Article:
At the head of a 100% female brigade at the Perchoir Ménilmontant in Paris, where he directs in residence until the end of the year, chef Manon Fleury wants to make his voice heard in a very masculine environment. At 31, the one who was formed in the “Michelin” stars conceives fruit and vegetables as the only “luxury products” to put on her plates with cereals in the center. In September you also dedicated a very appetizing book to them, “Céréales, the recipes of a committed chef”.
Get out a cereal cookbook. Why this choice?
They have been an integral part of my diet since childhood. I’ve always eaten buckwheat or quinoa. Aside from wheat, in my classical cooking apprenticeship I worked very little with cereals. I had to go to the United States, to Dan Barber, to do it. I saw that he worked closely with a self-sustaining farm and researchers to create a horticultural ecosystem where grains enriched the soil between two crops. His emblematic specialty was the “risotto rotation”, with seven cereals, some of which are very old. I realized that we could then serve a gourmet dish that tells the story of the camp. When I started making my own chef dishes, I always offered a vegetarian one with cereals. And it was popular, if not more, with white-collar meat platters.
Why are they cooked so little and so badly in France?
Bread is the basis of our grain intake. From the moment we appropriated the grain, we abandoned others. While in France, cereals have grown endemic, such as buckwheat in Brittany or corn in the Basque Country. Today we know the Breton buckwheat pancake, but the Basque taloa did not survive. Over time, agricultural diversity has become impoverished. Likewise, the French have never developed an interest in cooking rice because it comes from afar. There is Camargue rice, which is of high quality, but still doesn’t come close to Japanese rice. My role is to try to change behavior and provide the techniques. Too often we get the image of a bowl of “healthy” cereal that just doesn’t make me want. I want to bring aesthetics and gluttony. It is also a militant and political approach, as it helps to allow producers to grow other varieties of cereals, thus contributing to France’s self-sufficiency in this area. With the war in Ukraine, my approach may have an echo. Finally, it is also a dietary commitment from a health point of view, with the replacement of animal proteins.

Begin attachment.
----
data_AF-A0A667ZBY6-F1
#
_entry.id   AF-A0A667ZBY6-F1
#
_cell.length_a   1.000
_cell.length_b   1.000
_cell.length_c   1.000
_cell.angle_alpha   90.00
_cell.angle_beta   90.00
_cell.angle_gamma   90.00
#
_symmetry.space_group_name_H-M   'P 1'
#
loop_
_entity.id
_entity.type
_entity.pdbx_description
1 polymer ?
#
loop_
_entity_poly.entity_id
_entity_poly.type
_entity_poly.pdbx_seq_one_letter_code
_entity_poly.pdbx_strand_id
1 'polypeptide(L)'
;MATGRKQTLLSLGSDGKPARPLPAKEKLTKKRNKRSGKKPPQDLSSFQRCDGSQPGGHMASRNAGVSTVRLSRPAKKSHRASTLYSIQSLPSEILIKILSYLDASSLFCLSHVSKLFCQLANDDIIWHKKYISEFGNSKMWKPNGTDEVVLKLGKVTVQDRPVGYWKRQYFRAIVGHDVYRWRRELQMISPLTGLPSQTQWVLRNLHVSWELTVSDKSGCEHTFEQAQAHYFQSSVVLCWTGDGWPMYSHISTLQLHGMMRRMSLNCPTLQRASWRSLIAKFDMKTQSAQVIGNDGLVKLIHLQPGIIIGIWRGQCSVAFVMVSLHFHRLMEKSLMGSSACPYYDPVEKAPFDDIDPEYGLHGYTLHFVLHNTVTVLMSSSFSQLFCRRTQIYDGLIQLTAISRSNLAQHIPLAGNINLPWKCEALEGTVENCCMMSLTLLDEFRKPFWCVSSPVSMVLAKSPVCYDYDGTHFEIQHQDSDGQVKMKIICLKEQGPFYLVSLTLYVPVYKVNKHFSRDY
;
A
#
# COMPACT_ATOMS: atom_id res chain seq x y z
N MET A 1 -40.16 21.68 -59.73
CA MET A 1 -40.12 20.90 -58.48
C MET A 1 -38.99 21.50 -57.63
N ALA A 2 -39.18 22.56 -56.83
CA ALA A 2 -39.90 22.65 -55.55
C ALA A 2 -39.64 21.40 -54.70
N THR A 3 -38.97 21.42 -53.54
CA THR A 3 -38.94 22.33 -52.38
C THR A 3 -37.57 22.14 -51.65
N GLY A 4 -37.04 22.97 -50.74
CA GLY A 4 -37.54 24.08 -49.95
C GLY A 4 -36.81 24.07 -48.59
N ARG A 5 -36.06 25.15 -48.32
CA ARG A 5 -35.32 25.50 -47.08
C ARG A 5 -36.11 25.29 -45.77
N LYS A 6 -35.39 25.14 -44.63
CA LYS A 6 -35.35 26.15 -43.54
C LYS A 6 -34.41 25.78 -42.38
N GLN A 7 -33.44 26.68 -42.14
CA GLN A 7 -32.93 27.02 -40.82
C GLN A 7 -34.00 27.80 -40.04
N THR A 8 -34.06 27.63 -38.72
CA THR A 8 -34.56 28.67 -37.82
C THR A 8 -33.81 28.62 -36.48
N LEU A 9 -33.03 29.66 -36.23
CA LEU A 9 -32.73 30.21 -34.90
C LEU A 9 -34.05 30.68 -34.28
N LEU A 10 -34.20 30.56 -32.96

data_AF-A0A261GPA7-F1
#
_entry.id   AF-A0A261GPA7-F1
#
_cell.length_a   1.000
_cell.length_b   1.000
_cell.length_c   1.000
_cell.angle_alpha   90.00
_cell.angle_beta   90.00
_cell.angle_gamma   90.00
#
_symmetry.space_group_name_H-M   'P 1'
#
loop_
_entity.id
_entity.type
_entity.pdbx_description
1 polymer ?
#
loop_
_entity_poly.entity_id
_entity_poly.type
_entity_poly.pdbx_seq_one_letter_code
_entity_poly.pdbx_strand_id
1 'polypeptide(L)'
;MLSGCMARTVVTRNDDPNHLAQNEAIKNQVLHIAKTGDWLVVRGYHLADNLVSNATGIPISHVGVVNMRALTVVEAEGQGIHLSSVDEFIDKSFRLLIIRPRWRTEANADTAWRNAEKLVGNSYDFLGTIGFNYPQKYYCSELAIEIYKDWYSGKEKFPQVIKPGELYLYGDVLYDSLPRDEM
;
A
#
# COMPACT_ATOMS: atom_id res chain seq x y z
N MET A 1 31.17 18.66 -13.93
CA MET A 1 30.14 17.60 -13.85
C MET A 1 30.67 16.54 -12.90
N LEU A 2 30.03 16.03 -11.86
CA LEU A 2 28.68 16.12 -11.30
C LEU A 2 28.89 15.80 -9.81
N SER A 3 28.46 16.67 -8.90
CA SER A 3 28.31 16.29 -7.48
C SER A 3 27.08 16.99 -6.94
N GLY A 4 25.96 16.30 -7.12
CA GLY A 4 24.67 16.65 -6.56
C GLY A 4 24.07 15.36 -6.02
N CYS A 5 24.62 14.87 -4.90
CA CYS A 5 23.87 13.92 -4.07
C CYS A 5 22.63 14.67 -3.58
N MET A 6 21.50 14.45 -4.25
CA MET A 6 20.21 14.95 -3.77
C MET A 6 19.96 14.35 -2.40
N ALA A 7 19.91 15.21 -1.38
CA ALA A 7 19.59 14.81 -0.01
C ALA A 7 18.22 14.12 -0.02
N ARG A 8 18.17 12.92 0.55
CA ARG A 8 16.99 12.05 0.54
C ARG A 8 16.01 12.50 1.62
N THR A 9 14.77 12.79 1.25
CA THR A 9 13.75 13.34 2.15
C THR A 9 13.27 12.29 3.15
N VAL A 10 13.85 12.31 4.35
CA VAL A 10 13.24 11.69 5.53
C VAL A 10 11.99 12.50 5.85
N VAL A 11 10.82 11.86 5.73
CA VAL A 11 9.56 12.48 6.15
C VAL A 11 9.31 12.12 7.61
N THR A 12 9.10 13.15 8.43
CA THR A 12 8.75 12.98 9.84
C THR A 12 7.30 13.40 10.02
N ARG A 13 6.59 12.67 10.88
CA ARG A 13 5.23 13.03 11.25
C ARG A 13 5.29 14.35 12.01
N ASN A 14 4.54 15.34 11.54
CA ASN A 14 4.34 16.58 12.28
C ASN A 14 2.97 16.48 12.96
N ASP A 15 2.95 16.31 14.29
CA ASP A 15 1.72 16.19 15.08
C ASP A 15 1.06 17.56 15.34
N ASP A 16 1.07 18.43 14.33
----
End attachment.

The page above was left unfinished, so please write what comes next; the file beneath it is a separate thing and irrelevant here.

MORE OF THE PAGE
For consumers, the best thing is to get as close as possible to their home, favoring direct sales or Amap networks.
From a culinary point of view, how do you see the debate around meat crystallize?
Since opening the Pandora’s box of plant-based cooking, working with animal meat interests me less and less. I want to push the logic all the way through. But from a political point of view it is different. I talk about it with horticulturists who tell me that peasant agriculture, grazing and respectful of animal welfare, can be beneficial, if not indispensable. He is virtuous. But I want to show, without being dogmatic, that you can have fun with plants by working on textures. This is necessarily part of a more global reflection on the disappearance of resources, as in the case of fisheries.
What is a good product?
As a chef, I need to know the people who grow vegetables to understand their procedures and their problems. It is the sensitivity of the cook that allows you to see a good product, just as my florist has an eye to distinguish a good flower from a bad one. For consumers, in everyday life, the best thing is to get as close as possible to their homes, favoring direct sales or Amap networks. It is important to focus on the seasonality of the products. With inflation, vegetables are expensive. But if you buy a kilo of lentils, a kilo of rice and vegetables, the basket isn’t that high. Above all, it is cheaper than a prepared meal. But it takes longer. It is an investment in health: eating better costs less. All of this means reorganizing our lives when we can.
The French eat less and less at the table. Are you worried?